Our reading today begins with another woe (same as the “Ah” from the previous chapters). Here, woe is again pronounced on those who rely on worldly powers instead of YHWH (31:1). Egypt is used as the example because both Israel and Judah have tried to get Egypt’s help, and some Judahites will flee to Egypt during the Babylonian siege. Verse 2-3 expound the sovereignty of God over kingdoms and men. In verse 4-5 we see that God will sovereignly protect Judah from the Assyrian invasion. This may also apply to Christ and His church. Verse 6 is a call to Israel to repent and return to YHWH, which may also apply to the call to Israel to believe the Gospel in Jesus’s day. Verse 7 has our “in that day,” indicating that this whole section may have a dual fulfillment. We know there was no day in which everyone has ceased idolatry, so verse 7 points to the return of Christ and the final judgment and restoration.
Verses 8-9 pronounce judgment on Assyria. The swords of men (the armies of Judah) will not be necessary to turn Assyria away, because God will sovereignly defeat them. Isaiah is predicting the events of 2 Kings 19:35-36 (and Isaiah 37:36-37), where the Angel of the Lord fights for His people. God will prove His sovereignty over kingdoms and over men.
Chapter 32 offers a respite from the woes. Isaiah begins here by predicting the reign of a righteous king and just princes (32:1). This is likely a reference to Hezekiah and the other good king that comes from his line (Josiah). Some believe this is a reference to the Messiah of 11:1-5. However, in verse 2, we see that this is referring to multiple people because “each” will be a welcomed relief from the evil kings before them. Verses 3-8 refer not to the salvation of the Messiah, rather they speak to the justice and righteousness of these two kings who restore both proper worship and justice to Judah.
Verse 9 begins an indictment against the women of Judah who live complacently, that is, they are satisfied with both their vain lifestyle and their lack of true worship. The “little more than a year” of verse 10 is the Assyrian invasion. While God would turn them away (see 31:8-9), we need to remember that Assyria captured some of the cities of Judah and came against Jerusalem, cutting her off from the rest of Judah, much to the dismay of those in Jerusalem. This is what Isaiah is predicting in verses 10-12. But God sticks with the agricultural motif to refer to the people themselves (v. 13). The soil of the people is not yielding fruit. This is why Assyria will be used as a call to repentance.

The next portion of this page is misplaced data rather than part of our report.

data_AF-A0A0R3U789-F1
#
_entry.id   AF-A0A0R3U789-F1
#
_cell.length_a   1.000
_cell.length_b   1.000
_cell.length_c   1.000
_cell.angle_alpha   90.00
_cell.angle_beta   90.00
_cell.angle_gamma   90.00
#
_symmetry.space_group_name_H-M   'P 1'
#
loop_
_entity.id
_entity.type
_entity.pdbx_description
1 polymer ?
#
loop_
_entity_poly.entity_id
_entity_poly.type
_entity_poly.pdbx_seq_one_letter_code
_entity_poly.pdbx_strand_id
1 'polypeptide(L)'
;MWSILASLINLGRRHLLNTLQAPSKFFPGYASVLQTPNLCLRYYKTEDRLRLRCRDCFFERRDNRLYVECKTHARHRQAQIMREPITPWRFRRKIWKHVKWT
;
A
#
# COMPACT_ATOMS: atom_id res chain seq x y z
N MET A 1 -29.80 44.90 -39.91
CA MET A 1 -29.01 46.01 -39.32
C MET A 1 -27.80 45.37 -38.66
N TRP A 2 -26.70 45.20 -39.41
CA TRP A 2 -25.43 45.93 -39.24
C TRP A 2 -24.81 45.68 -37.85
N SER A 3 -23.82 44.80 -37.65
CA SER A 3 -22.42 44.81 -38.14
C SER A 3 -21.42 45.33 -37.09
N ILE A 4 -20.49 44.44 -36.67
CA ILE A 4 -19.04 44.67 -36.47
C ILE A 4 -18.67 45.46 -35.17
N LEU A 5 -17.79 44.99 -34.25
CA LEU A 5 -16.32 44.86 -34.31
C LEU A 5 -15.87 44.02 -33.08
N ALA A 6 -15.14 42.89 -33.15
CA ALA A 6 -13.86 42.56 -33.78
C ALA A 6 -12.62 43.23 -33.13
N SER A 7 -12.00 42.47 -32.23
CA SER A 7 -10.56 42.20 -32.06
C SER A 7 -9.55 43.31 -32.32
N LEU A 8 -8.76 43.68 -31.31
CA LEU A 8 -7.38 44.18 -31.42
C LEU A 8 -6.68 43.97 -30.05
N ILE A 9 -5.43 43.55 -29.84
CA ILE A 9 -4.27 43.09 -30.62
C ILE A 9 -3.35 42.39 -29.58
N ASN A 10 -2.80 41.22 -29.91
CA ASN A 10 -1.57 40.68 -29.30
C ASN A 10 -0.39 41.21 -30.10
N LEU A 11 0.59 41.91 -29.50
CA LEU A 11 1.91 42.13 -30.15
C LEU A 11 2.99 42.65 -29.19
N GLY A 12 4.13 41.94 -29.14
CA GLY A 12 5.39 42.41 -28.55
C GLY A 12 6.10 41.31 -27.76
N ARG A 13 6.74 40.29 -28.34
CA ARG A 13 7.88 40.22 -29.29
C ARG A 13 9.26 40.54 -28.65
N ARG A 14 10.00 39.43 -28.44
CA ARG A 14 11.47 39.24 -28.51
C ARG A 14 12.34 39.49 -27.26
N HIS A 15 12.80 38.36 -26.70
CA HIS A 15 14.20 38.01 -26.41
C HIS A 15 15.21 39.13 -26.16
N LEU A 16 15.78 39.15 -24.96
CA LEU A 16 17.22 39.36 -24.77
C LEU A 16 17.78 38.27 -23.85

Verse 14 points to a time when the city will become empty and the wild animals live in it like a wilderness. This never happened to Jerusalem. This is speaking spiritually. God is going to send His people into the wilderness, as it were, for time (the silent years), and then the final restoration will begin. This is the Spirit being poured out in verse 15. This is the creation of God’s church. The wilderness of the world will become fruitful, and then a forest. Then true justice and righteousness will be done (v. 16) and peace achieved (vv. 17-18). This is all through the First Coming of the Messiah. Verses 19-20 speak of the judgment and restoration that will occur together at His Second Coming.
Chapter 33 returns us to the woe (“Ah”). This is again woe on worldly powers, specifically using Assyria as the example. 33:1 refers to Assyria’s loss of dominance on the world stage to the hands of Babylon. The prayer of verses 2-4 again refer to God saving Jerusalem from Assyria. The prayer of verses 5-6 is likely a reference to king Hezekiah reigning justly and righteously before God. Verses 7-9 continue the woe on the nations. The covenant being broken in verses 8 may refer to Assyria’s attack on Judah despite Hezekiah paying tribute (see 2 Kings 18).
However, there is a dual fulfillment here. This refers to the judgment of the wicked and the salvation of the righteous. While the Lord will arise to fight for Jerusalem and judge Assyria, He will also be exalted at the final judgment when He destroys the enemies of His people. The chaff will be burned in the fire (vv. 11-12 – see Matt 13:40). The call to repentance will have gone out to the whole world (v. 13). Verses 14-16 speaks of a proper fear of the Lord and turning from sin to righteousness. Those who repent in this way will see the King, and the kingdom that “stretches afar” (to all the nations – v. 17).
Verse 18 is fulfilled in both the fall of Assyria, but also the destruction of the world powers at the end. This is also a reference to Satan, the prince of this world (see 14:10-12). In verse 20, Zion is the church. We are the dwelling place of God “whose stakes will never be plucked up” and none of our “cords be broken.” This is clearly not physical Jerusalem, which would be destroyed twice! We, the church, are the place described in verse 21. YHWH is our King, and He will save us (v. 22)! Verses 23-24 explain that this is the sovereign work of God, Who forgives our iniquity.